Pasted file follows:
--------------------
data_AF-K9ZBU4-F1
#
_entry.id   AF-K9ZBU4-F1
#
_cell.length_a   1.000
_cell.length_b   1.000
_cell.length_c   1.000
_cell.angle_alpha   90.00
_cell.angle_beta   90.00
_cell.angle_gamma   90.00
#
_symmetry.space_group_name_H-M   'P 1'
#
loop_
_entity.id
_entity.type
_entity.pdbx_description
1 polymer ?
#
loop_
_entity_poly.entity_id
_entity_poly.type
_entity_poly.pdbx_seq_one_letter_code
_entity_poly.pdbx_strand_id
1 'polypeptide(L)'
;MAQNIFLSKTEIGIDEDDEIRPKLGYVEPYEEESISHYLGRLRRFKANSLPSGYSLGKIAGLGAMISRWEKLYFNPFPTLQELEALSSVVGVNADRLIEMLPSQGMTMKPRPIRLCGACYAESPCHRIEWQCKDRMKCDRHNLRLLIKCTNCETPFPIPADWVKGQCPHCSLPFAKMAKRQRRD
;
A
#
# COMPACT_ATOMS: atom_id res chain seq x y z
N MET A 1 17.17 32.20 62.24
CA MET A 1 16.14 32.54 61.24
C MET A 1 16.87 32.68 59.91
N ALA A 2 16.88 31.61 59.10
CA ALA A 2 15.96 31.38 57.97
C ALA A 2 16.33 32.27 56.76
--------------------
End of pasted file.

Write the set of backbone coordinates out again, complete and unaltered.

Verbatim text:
data_AF-K9ZBU4-F1
#
_entry.id   AF-K9ZBU4-F1
#
_cell.length_a   1.000
_cell.length_b   1.000
_cell.length_c   1.000
_cell.angle_alpha   90.00
_cell.angle_beta   90.00
_cell.angle_gamma   90.00
#
_symmetry.space_group_name_H-M   'P 1'
#
loop_
_entity.id
_entity.type
_entity.pdbx_description
1 polymer ?
#
loop_
_entity_poly.entity_id
_entity_poly.type
_entity_poly.pdbx_seq_one_letter_code
_entity_poly.pdbx_strand_id
1 'polypeptide(L)'
;MAQNIFLSKTEIGIDEDDEIRPKLGYVEPYEEESISHYLGRLRRFKANSLPSGYSLGKIAGLGAMISRWEKLYFNPFPTLQELEALSSVVGVNADRLIEMLPSQGMTMKPRPIRLCGACYAESPCHRIEWQCKDRMKCDRHNLRLLIKCTNCETPFPIPADWVKGQCPHCSLPFAKMAKRQRRD
;
A
#
# COMPACT_ATOMS: atom_id res chain seq x y z
N MET A 1 17.17 32.20 62.24
CA MET A 1 16.14 32.54 61.24
C MET A 1 16.87 32.68 59.91
N ALA A 2 16.88 31.61 59.10
CA ALA A 2 15.96 31.38 57.97
C ALA A 2 16.33 32.27 56.76